Following a directive from the Trump administration this week, tens of thousands of America’s international college students — and a number of those who go to school in the Valley — could be forced to leave the country unless their campuses resume face-to-face instruction this fall.
U.S. Immigration and Customs Enforcement announced Monday that it would not grant non-immigrant students with F-1 and M-1 visas if they are enrolled in schools or programs that are fully online during the upcoming fall semester. In light of the ongoing coronavirus pandemic and the public health crisis it poses, both the University of California, Merced and Stanislaus State recently announced that a majority of fall instruction would take place online.
According to Toni Molle, director of Public Affairs for the California State University system, there are over 11,300 international CSU students throughout the state. In the UC system, there are about 41,000 international students who could be affected.
In a message to the Stanislaus State campus community, Provost and Vice President for Academic Affairs Kimberly Greer emphasized the need to support the university’s 37 international students, 12 of whom are enrolled in Post-Completion Optional Practical Training, or temporary employment that is directly related to their major area of study.
Greer said Stanislaus State is working closely with the CSU Chancellor’s Office to reexamine the school’s online and in-person offerings to determine if they meet the new ICE directives.
“International students add to the vibrant diversity of our campus. We greatly value them as members of our Warrior community, and we stand together to support them. Please be assured that the Office of Extended and International Education is in contact with students who may be impacted by this guidance to provide them with information and support,” Greer said. “While we are planning for instruction this fall to be conducted in primarily virtual formats, the campus has had the opportunity to seek limited face-to-face exceptions that we have been pursuing with the Chancellor’s Office prior to the communication of this new guidance. We are going to do everything we can to accommodate and support our international students within the regulations with which we must comply.”
UC President Janet Napolitano said that the impact of how the ICE directives will affect UC campuses and international students is currently being assessed, and that the latest actions from the Trump administration “jeopardize our nation’s future as a worldwide leader in research and innovation.” At UC Merced, the fall 2019 semester saw 269 international graduate students and seven undergrads from 41 countries enrolled in courses.
“The University of California recognizes that our country benefits when the world’s brightest students and academics learn, teach and research on our shores. International students provide unique contributions that enrich our campuses and their perspectives ensure that we continue to be a leading academic force around the world. Making it more difficult for international students to study here undermines decades of collaboration between the United States and our international partners, particularly in fields that contribute to America’s economic vitality,” Napolitano said. “ICE’s announcement is perplexing, given that some degree of remote instruction is necessary for colleges and universities to protect the safety and well-being of their communities and the public at large, while still allowing students to continue their studies. Challenges and uncertainty related to COVID-19 are already weighing heavily on students; now is the worst time to burden them further with anxiety.”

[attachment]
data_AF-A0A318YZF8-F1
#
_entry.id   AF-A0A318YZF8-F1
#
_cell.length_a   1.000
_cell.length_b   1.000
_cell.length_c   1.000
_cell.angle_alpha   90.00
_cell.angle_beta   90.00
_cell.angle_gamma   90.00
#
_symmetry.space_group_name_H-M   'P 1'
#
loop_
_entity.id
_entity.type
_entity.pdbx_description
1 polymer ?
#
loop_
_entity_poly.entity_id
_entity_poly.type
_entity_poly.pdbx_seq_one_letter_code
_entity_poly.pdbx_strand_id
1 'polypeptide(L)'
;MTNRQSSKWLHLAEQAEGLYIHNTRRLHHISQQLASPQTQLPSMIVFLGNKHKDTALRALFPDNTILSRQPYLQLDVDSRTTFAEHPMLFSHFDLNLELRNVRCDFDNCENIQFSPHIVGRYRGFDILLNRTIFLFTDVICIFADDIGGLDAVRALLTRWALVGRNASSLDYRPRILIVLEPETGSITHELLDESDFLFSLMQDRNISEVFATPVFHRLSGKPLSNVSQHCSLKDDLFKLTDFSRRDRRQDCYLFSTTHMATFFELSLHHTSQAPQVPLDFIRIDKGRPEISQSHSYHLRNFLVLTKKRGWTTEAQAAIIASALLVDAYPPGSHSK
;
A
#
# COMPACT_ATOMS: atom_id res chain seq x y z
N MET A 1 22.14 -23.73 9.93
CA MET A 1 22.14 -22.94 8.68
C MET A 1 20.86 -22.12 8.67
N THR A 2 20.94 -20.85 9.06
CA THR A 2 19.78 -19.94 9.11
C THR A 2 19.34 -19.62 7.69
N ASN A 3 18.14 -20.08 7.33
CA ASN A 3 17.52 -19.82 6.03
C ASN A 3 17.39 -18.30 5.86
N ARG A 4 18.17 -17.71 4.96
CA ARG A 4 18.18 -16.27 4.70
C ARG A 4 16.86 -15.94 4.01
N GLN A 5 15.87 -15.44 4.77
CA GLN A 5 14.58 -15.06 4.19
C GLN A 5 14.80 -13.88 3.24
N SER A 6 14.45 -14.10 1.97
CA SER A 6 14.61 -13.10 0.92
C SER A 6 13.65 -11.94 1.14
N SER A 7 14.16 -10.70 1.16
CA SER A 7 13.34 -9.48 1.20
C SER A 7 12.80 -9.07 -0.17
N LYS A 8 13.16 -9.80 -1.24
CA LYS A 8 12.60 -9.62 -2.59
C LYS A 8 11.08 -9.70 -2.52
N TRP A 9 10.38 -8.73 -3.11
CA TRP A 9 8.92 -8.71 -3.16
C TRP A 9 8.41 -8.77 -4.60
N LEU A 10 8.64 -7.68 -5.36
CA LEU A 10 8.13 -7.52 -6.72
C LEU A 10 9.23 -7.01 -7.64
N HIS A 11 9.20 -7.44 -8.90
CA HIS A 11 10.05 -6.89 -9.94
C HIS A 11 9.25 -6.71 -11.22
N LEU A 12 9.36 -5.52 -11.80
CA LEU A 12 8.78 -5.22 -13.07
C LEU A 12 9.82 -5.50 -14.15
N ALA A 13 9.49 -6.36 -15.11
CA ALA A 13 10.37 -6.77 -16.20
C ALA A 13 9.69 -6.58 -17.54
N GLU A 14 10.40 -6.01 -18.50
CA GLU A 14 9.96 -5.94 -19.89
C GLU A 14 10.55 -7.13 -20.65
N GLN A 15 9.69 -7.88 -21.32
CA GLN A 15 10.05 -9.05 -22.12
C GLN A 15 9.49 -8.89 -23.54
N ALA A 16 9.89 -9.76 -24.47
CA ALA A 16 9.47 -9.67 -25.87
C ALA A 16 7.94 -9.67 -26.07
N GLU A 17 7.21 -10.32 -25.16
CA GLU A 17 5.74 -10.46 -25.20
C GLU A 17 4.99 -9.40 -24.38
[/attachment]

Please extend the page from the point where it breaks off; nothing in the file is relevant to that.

Two lawsuits over the new rule have already surfaced: One from California Attorney General Xavier Becerra, and another from the UC.
Students who don’t follow the new modifications could face deportation. Under the modifications, students with F-1 visas enrolled in a mixture of online and in-person classes are permitted to take more than one class, or three credit hours, online. Students with M-1 visas pursuing vocational degrees are not permitted to enroll in online classes.
Becerra, who was joined by California Community Colleges Chancellor Eloy Ortiz Oakley and CSU Chancellor Timothy White when announcing the lawsuit, called the new policy “dangerous” as it could force students to take in-person classes during the pandemic, putting students, teachers and classmates at risk.
White called the modifications unfair and unjust.
“The California State University stands in the strongest opposition to the policy guidance issued Monday by U.S. Immigration and Customs Enforcement,” White said. “It is a callous and inflexible policy that unfairly disrupts our more-than 10,300 international students’ progress to a degree, unnecessarily placing them in an extremely difficult position. And it deprives all of our students — and the communities, state and nation we serve — of the remarkable contributions of these international students. The CSU applauds the California Attorney General’s decision to take strong action to oppose ICE’s policy guidance, and we will fully support this effort.”